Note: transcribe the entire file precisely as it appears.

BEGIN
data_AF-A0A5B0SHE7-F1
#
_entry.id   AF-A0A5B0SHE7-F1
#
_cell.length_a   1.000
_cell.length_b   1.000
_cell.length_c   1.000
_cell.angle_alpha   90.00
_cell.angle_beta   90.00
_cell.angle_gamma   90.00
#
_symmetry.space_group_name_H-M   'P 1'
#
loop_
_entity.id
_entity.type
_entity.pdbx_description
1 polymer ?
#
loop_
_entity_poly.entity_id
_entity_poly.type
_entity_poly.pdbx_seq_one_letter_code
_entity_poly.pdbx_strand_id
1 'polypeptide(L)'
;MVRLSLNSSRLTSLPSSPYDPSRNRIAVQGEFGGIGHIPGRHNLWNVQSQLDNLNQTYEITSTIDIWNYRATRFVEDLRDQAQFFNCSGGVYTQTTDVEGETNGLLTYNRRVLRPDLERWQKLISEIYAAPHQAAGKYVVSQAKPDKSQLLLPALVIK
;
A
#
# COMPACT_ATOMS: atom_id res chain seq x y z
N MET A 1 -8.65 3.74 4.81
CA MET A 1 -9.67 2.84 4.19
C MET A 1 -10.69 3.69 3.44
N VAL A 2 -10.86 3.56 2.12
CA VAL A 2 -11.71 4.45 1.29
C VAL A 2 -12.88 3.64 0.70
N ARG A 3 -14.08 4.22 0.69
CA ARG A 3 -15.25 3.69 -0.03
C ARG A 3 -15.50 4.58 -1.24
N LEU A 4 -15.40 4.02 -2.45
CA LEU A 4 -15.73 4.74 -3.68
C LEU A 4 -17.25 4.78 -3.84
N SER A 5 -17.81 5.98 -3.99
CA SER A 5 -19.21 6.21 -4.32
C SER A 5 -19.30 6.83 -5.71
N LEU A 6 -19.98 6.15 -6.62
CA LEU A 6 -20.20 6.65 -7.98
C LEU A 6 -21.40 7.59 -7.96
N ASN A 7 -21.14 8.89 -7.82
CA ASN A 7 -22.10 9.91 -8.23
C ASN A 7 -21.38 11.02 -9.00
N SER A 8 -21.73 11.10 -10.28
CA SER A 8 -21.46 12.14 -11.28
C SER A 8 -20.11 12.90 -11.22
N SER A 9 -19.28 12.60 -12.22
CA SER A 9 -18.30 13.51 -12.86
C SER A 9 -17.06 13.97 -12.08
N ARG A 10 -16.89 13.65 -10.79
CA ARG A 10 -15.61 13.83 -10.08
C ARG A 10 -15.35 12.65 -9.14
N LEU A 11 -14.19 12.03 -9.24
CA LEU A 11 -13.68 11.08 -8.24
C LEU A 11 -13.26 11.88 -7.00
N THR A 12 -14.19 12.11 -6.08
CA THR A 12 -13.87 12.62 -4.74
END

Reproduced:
data_AF-A0A5B0SHE7-F1
#
_entry.id   AF-A0A5B0SHE7-F1
#
_cell.length_a   1.000
_cell.length_b   1.000
_cell.length_c   1.000
_cell.angle_alpha   90.00
_cell.angle_beta   90.00
_cell.angle_gamma   90.00
#
_symmetry.space_group_name_H-M   'P 1'
#
loop_
_entity.id
_entity.type
_entity.pdbx_description
1 polymer ?
#
loop_
_entity_poly.entity_id
_entity_poly.type
_entity_poly.pdbx_seq_one_letter_code
_entity_poly.pdbx_strand_id
1 'polypeptide(L)'
;MVRLSLNSSRLTSLPSSPYDPSRNRIAVQGEFGGIGHIPGRHNLWNVQSQLDNLNQTYEITSTIDIWNYRATRFVEDLRDQAQFFNCSGGVYTQTTDVEGETNGLLTYNRRVLRPDLERWQKLISEIYAAPHQAAGKYVVSQAKPDKSQLLLPALVIK
;
A
#
# COMPACT_ATOMS: atom_id res chain seq x y z
N MET A 1 -8.65 3.74 4.81
CA MET A 1 -9.67 2.84 4.19
C MET A 1 -10.69 3.69 3.44
N VAL A 2 -10.86 3.56 2.12
CA VAL A 2 -11.71 4.45 1.29
C VAL A 2 -12.88 3.64 0.70
N ARG A 3 -14.08 4.22 0.69
CA ARG A 3 -15.25 3.69 -0.03
C ARG A 3 -15.50 4.58 -1.24
N LEU A 4 -15.40 4.02 -2.45
CA LEU A 4 -15.73 4.74 -3.68
C LEU A 4 -17.25 4.78 -3.84
N SER A 5 -17.81 5.98 -3.99
CA SER A 5 -19.21 6.21 -4.32
C SER A 5 -19.30 6.83 -5.71
N LEU A 6 -19.98 6.15 -6.62
CA LEU A 6 -20.20 6.65 -7.98
C LEU A 6 -21.40 7.59 -7.96
N ASN A 7 -21.14 8.89 -7.82
CA ASN A 7 -22.10 9.91 -8.23
C ASN A 7 -21.38 11.02 -9.00
N SER A 8 -21.73 11.10 -10.28
CA SER A 8 -21.46 12.14 -11.28
C SER A 8 -20.11 12.90 -11.22
N SER A 9 -19.28 12.60 -12.22
CA SER A 9 -18.30 13.51 -12.86
C SER A 9 -17.06 13.97 -12.08
N ARG A 10 -16.89 13.65 -10.79
CA ARG A 10 -15.61 13.83 -10.08
C ARG A 10 -15.35 12.65 -9.14
N LEU A 11 -14.19 12.03 -9.24
CA LEU A 11 -13.68 11.08 -8.24
C LEU A 11 -13.26 11.88 -7.00
N THR A 12 -14.19 12.11 -6.08
CA THR A 12 -13.87 12.62 -4.74